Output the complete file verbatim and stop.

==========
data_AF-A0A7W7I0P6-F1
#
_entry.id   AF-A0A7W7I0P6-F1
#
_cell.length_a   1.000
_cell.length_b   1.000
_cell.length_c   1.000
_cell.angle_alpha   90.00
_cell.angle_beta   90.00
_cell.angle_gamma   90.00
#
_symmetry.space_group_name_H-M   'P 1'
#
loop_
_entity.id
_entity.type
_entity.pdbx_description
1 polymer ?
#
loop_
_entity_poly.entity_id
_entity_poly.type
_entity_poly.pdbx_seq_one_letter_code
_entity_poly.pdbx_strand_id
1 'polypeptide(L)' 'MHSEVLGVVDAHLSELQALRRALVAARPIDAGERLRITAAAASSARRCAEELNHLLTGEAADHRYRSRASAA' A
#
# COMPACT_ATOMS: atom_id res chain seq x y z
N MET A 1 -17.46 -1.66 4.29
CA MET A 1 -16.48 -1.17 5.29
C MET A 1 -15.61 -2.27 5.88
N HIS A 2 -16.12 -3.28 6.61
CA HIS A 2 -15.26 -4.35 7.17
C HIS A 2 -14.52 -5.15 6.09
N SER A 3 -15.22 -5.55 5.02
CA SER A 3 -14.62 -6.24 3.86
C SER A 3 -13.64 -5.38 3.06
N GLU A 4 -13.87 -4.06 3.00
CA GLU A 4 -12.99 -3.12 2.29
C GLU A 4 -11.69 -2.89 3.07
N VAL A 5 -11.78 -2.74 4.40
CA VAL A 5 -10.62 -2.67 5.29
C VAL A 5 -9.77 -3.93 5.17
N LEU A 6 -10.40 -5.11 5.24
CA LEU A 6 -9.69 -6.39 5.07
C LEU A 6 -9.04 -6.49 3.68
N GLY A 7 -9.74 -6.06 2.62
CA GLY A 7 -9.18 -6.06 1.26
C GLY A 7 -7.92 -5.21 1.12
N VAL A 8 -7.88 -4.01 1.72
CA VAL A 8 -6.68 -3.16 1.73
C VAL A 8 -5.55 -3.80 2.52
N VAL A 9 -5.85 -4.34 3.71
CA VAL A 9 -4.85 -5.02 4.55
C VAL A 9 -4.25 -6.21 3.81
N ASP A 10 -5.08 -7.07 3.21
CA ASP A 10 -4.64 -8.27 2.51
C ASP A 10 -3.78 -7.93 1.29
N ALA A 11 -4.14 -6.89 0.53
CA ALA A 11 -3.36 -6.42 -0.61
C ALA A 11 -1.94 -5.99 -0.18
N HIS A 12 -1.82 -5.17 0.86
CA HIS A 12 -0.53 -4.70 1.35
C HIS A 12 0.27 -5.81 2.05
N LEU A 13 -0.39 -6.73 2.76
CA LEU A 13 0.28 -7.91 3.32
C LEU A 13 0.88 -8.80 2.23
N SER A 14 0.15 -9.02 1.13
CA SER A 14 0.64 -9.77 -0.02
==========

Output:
data_AF-A0A7W7I0P6-F1
#
_entry.id   AF-A0A7W7I0P6-F1
#
_cell.length_a   1.000
_cell.length_b   1.000
_cell.length_c   1.000
_cell.angle_alpha   90.00
_cell.angle_beta   90.00
_cell.angle_gamma   90.00
#
_symmetry.space_group_name_H-M   'P 1'
#
loop_
_entity.id
_entity.type
_entity.pdbx_description
1 polymer ?
#
loop_
_entity_poly.entity_id
_entity_poly.type
_entity_poly.pdbx_seq_one_letter_code
_entity_poly.pdbx_strand_id
1 'polypeptide(L)' 'MHSEVLGVVDAHLSELQALRRALVAARPIDAGERLRITAAAASSARRCAEELNHLLTGEAADHRYRSRASAA' A
#
# COMPACT_ATOMS: atom_id res chain seq x y z
N MET A 1 -17.46 -1.66 4.29
CA MET A 1 -16.48 -1.17 5.29
C MET A 1 -15.61 -2.27 5.88
N HIS A 2 -16.12 -3.28 6.61
CA HIS A 2 -15.26 -4.35 7.17
C HIS A 2 -14.52 -5.15 6.09
N SER A 3 -15.22 -5.55 5.02
CA SER A 3 -14.62 -6.24 3.86
C SER A 3 -13.64 -5.38 3.06
N GLU A 4 -13.87 -4.06 3.00
CA GLU A 4 -12.99 -3.12 2.29
C GLU A 4 -11.69 -2.89 3.07
N VAL A 5 -11.78 -2.74 4.40
CA VAL A 5 -10.62 -2.67 5.29
C VAL A 5 -9.77 -3.93 5.17
N LEU A 6 -10.40 -5.11 5.24
CA LEU A 6 -9.69 -6.39 5.07
C LEU A 6 -9.04 -6.49 3.68
N GLY A 7 -9.74 -6.06 2.62
CA GLY A 7 -9.18 -6.06 1.26
C GLY A 7 -7.92 -5.21 1.12
N VAL A 8 -7.88 -4.01 1.72
CA VAL A 8 -6.68 -3.16 1.73
C VAL A 8 -5.55 -3.80 2.52
N VAL A 9 -5.85 -4.34 3.71
CA VAL A 9 -4.85 -5.02 4.55
C VAL A 9 -4.25 -6.21 3.81
N ASP A 10 -5.08 -7.07 3.21
CA ASP A 10 -4.64 -8.27 2.51
C ASP A 10 -3.78 -7.93 1.29
N ALA A 11 -4.14 -6.89 0.53
CA ALA A 11 -3.36 -6.42 -0.61
C ALA A 11 -1.94 -5.99 -0.18
N HIS A 12 -1.82 -5.17 0.86
CA HIS A 12 -0.53 -4.70 1.35
C HIS A 12 0.27 -5.81 2.05
N LEU A 13 -0.39 -6.73 2.76
CA LEU A 13 0.28 -7.91 3.32
C LEU A 13 0.88 -8.80 2.23
N SER A 14 0.15 -9.02 1.13
CA SER A 14 0.64 -9.77 -0.02